Spider Web


“The Kids’ Guide to Classic Games,” by Sheri Bell-Rehwoldt, introduced a new game that we tried a few times this past week. Spiderweb was a lot of fun for a very specific age group. The 5- and 7-year-olds loved it, though they needed a bit of help playing. The kids over the age of 10 found it a little boring. I think this game would be ideal for the 7-10 set.

The basics of the game:

  1. Each player starts with an equal length of string.
  2. Tie one end of the string to any point in the playing area (a piece of furniture or banister indoors, a tree or swingset outdoors, etc.)
  3. Run the string from point to point in the playing area, using any order or pattern. The strings should criss-cross all over the place, creating a web of the strings from all players. Players will tie the end of the string to the closest object when they run out of rope. Have them stay put after they do so – it will help the transition from setup to game play.           criss-cross spider web
  4. Players will then swap end points. This can be tricky, especially with a lot of players. This is why they should stay put when they finish setting up their own string.  It’s helpful to have all players keep a hand on their end points, then move one person at a time.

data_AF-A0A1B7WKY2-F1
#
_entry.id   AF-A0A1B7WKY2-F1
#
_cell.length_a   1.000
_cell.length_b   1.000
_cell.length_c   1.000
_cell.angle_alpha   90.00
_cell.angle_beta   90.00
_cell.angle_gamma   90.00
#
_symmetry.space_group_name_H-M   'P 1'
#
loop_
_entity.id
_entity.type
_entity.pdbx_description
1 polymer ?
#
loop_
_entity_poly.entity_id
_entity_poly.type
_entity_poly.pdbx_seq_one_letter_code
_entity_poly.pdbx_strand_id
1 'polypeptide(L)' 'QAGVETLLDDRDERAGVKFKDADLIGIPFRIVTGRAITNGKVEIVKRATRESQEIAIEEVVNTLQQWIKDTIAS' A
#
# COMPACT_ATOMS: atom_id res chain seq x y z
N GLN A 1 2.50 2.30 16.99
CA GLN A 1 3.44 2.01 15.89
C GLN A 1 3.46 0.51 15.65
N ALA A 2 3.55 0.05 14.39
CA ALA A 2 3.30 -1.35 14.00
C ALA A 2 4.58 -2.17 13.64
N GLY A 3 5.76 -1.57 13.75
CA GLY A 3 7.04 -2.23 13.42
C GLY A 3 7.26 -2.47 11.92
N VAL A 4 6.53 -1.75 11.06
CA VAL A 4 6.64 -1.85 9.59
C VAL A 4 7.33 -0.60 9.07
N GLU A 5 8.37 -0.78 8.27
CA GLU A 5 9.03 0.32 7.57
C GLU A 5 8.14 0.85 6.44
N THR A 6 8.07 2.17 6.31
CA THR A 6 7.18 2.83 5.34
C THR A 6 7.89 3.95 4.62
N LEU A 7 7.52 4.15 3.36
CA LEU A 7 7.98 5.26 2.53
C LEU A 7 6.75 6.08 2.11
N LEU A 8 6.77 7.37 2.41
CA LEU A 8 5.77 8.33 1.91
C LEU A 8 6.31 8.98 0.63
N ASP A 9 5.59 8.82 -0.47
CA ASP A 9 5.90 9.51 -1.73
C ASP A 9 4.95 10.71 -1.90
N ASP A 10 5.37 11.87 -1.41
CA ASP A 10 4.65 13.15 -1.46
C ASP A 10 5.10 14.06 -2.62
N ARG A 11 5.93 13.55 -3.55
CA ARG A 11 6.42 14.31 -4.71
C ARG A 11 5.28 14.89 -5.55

tie-offs

    That baby gate sure comes in handy

  5. Each player will then detach the end they are now holding. This may require a pair of scissors. Make sure everyone stays put once their ends are detached so that nobody gets a head start.
  6. Blow a whistle or say “GO!” All players will then unravel their strings. The first person to reach the beginning of their assigned string wins.

We tried this outdoors and indoors. The outdoor one had a lot of potential, but we gave up on it after about an hour into setup because, well, it was an HOUR into setup. Using trees and house structures required a lot longer lengths of string, which became hopelessly tangled almost immediately. Working indoors allowed us to use a more confined space and shorter lengths of string.

We used 40-foot lengths of yarn for our room, which was a small play room. The length was great, the material was not. The yarn frayed and became tangled very easily. Next time, I’m thinking we will use clothesline.

We had a lot of fun with this game. There was a lot of setup time compared to the actual amount of play. However, most of the setup was fun: the kids enjoyed creating their patterns and seeing the web take shape. Once we decide on the best rope material, we will be able to have a set of strings available for whenever we want to play, so the setup time will be much lower.

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